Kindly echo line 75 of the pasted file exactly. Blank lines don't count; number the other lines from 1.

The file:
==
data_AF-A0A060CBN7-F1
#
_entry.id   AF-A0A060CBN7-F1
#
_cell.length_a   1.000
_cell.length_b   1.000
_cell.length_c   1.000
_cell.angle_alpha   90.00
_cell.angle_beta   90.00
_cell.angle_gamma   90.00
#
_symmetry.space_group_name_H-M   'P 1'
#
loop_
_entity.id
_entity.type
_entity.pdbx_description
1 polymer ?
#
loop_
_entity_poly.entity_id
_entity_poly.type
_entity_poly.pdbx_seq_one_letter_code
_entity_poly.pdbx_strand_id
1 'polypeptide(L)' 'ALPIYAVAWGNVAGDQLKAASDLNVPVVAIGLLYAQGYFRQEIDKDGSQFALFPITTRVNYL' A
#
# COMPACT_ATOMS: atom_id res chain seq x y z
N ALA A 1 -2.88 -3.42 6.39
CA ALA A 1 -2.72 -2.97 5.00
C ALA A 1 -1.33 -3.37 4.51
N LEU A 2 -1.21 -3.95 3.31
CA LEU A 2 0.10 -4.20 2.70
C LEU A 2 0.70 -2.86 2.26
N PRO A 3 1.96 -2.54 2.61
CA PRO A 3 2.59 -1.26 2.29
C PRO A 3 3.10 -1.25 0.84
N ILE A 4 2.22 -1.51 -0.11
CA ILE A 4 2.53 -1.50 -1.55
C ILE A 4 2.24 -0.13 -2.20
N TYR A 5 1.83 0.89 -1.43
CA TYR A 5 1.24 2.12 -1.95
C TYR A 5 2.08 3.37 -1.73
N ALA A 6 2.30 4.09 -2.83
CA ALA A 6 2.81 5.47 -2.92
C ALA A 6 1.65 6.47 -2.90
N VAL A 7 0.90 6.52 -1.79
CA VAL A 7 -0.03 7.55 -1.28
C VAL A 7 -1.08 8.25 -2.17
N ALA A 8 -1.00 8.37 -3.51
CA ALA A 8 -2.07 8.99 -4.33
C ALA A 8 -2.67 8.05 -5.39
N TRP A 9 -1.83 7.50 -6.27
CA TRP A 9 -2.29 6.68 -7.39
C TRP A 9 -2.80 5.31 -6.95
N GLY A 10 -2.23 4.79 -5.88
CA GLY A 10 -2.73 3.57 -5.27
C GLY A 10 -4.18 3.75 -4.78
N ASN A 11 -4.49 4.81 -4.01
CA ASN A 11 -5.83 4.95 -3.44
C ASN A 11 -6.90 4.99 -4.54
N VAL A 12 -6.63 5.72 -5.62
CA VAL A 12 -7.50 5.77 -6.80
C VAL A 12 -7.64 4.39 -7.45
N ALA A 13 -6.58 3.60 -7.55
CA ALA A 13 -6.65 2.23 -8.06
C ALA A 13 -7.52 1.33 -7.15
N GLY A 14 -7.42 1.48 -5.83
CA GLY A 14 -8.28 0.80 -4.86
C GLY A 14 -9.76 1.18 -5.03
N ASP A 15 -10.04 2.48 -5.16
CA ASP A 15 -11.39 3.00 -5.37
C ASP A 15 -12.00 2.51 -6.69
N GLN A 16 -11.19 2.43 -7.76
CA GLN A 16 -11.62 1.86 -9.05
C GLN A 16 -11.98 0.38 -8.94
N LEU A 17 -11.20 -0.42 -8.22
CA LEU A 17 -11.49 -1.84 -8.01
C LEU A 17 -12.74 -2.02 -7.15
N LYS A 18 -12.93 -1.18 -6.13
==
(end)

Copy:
C GLN A 16 -11.98 0.38 -8.94